Solomon's Church or Abraham's?

By Executive Editor John Yoder

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Under King Solomon’s reign, Israel enjoyed unprecedented peace and prosperity.  Importing the finest quality materials, Solomon constructed the magnificent Temple with all of its furnishings.  Not only did Solomon build himself a grand palace, but in his day middle-class Jewish farmers owned homes superior to any of their ancestors.

1,000 years before Solomon, Abraham and his descendants lived in tents.  Abraham was a wealthy man, with many wives, children, servants and sheep.  But his entire entourage could pull up stakes and relocate on short notice.  Abraham died in a tent, having never owned an acre of land or a modest condominium.

The residences of these 2 generations provide an analogy for the church.  Most Western churches follow a Solomon-type model.  But the Abraham model is more common globally, and remains useful for many first-generation immigrants.  What are some of the differences?

  • Solomon churches have constitutions and bylaws; Abraham churches make decisions by consensus or following the pastor.
  • Solomon churches own buildings; Abraham churches may meet in homes, offices, or another church’s facility. This means that Abraham churches excel at mobility, while Solomon churches excel at stability.
  • Solomon churches provide full-time salaries for their pastors; this is not the norm for most global churches or most immigrant churches.
  • Solomon churches are led by pastors with seminary or Bible college degrees; Abraham church leaders often receive the kinds of on-the-job training provided by Jesus and Paul.
  • Launching a Solomon church requires significant resources, and its closure will be seen as a great disappointment. Abraham churches spontaneously combust, morph and dissolve, often with new groups springing up in the soil they have fertilized.  The expected life span of an Abraham church is longer than a small group but shorter than a Solomon church.

Which model is better?  It depends on who it is intended to serve.  For native-born Americans who own homes and have stable jobs in their communities, the Solomon model makes sense.  The Abraham model is useful for highly transient first-generation populations.  It is also useful for small ethnic congregations, lacking critical mass to warrant the high overhead of the Solomon model.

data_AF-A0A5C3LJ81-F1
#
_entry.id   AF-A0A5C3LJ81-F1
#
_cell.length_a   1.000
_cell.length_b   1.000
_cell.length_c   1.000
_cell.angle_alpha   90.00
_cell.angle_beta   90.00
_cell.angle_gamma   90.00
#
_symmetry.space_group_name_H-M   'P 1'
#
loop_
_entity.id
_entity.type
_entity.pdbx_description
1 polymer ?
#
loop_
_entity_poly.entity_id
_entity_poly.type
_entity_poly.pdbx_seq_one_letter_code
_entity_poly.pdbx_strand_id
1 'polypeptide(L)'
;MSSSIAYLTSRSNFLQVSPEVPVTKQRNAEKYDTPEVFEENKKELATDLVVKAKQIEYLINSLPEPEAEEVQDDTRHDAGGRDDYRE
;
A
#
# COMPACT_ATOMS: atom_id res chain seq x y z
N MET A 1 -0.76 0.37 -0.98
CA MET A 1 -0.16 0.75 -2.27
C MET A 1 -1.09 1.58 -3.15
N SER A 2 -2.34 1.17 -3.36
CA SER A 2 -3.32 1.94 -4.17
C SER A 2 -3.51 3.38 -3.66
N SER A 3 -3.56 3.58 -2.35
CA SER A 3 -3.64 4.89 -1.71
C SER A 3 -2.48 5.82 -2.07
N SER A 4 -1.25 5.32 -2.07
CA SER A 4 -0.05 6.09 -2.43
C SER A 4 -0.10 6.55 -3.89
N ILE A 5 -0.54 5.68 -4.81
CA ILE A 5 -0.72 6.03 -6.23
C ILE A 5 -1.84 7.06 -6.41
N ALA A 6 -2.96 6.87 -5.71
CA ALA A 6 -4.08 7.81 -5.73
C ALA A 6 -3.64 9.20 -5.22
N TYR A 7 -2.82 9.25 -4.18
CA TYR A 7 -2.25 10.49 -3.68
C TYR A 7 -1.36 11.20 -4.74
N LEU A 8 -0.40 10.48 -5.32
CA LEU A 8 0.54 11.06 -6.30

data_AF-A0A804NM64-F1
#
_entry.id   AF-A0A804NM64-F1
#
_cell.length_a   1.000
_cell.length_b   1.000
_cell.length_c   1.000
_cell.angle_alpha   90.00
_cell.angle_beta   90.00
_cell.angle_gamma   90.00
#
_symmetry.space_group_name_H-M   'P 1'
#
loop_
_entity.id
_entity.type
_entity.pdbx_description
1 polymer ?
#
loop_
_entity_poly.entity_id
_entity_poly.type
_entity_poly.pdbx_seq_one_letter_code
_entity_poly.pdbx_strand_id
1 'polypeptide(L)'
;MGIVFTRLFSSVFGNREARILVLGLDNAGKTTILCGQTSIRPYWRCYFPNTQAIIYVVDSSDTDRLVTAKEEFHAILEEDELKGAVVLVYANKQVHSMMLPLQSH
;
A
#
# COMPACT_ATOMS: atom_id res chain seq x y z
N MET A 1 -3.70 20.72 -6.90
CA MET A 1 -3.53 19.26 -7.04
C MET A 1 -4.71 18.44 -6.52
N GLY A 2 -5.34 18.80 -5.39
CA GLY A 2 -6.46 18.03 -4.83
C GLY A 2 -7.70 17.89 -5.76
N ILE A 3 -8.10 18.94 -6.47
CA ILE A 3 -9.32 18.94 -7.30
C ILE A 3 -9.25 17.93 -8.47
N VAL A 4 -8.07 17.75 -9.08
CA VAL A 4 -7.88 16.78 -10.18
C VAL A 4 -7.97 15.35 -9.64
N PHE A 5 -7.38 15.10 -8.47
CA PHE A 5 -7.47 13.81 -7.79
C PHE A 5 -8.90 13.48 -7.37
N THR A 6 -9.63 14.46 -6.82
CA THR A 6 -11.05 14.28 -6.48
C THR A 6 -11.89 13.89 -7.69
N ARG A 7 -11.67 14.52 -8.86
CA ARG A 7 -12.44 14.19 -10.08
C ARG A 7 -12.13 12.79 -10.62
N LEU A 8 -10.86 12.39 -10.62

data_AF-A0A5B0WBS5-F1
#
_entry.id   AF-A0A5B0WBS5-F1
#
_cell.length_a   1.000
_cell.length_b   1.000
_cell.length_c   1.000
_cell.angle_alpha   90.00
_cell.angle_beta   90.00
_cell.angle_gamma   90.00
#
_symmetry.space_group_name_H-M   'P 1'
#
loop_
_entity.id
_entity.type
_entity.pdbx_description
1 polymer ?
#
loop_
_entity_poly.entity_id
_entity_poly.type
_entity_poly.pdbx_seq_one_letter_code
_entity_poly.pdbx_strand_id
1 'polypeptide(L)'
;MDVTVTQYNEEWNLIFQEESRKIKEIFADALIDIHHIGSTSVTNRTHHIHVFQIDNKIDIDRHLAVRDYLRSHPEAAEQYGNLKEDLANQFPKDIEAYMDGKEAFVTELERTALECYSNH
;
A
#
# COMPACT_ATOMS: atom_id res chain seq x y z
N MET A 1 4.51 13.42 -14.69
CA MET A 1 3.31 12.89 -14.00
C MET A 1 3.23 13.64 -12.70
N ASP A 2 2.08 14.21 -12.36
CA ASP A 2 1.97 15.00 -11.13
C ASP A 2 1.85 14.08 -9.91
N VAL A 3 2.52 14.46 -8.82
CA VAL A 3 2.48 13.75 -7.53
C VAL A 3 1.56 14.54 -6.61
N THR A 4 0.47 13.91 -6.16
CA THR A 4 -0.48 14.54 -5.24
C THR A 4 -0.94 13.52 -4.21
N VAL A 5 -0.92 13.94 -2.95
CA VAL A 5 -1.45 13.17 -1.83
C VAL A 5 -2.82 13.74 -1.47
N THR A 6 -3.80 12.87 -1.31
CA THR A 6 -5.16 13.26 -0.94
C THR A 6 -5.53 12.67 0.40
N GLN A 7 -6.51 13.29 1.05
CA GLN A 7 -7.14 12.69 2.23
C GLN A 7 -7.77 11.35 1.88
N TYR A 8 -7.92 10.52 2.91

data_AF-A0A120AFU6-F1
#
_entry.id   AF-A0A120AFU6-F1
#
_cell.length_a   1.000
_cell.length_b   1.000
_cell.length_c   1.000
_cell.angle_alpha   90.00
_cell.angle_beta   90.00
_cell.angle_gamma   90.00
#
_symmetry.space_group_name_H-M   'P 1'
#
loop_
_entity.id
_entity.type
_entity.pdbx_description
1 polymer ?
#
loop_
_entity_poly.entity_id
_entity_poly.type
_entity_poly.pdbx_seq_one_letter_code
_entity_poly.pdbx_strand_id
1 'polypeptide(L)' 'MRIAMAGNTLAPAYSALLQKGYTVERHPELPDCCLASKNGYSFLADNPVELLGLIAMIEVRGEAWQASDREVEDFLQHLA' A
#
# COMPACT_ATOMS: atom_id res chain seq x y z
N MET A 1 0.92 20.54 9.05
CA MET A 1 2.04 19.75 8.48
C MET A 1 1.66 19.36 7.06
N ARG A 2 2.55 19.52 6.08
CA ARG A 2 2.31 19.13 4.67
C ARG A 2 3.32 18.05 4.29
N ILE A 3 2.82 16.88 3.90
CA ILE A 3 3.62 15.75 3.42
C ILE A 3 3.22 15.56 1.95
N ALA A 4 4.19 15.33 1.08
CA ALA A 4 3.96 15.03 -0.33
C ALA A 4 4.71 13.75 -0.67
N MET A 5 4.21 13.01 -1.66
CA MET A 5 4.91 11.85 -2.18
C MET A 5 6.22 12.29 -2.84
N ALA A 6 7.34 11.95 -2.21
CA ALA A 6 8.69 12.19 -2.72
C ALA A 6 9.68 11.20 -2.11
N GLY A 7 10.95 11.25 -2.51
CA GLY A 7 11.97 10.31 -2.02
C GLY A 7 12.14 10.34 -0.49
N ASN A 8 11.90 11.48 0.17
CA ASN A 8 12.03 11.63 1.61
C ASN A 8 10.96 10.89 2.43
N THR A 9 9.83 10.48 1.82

If an ordinary Jew of Solomon’s era were to travel back in time to sojourn with Abraham, he might regard the nomadic lifestyle as inferior to his own.  He may be tempted to think of Abraham’s entourage as rural hicks incapable of understanding Solomon, the erudite author of Proverbs.

In the same way, monocultural Americans who have only experienced Solomon churches may look down upon Abraham churches.  Unsalaried pastoral leaders may be given an unflattering title such as “lay pastors”--as if the New Testament differentiated between paid and unpaid elders. 

In forming relationships between American and immigrant churches, many American ministry leaders don’t know how to navigate the relationship between Solomon and Abraham churches.  It may surprise them that their partner church has no vision or mission statement, and often no written doctrinal statement.  They may struggle to help a Board that follows Robert’s Rules of Order to value the fluid, consensus-based decisions of an Abraham church.  Many leaders of the Solomon church may perceive the Abraham church’s governance to be raw chaos.  They miss the beauty and efficiency of its simplicity.

There are many stories of churches that launched with the Abraham model and grew into the Solomon model.  But for many, the overhead of the Solomon model’s complex bureaucracy isn’t worthwhile.  It would be like putting Saul’s armor on David. 

Marriages between individuals of highly different personalities can thrive.  So can relationships between highly different American and immigrant churches.  Such relationships thrive when both parties appreciate their differences and do not try to change each other. 

Loving individuals from different cultures is hard work.  Loving church structures from different cultures is equally hard work!  But we must love Jesus’ Bride in all her structural forms.  May God open your heart and mind to learn from those you serve.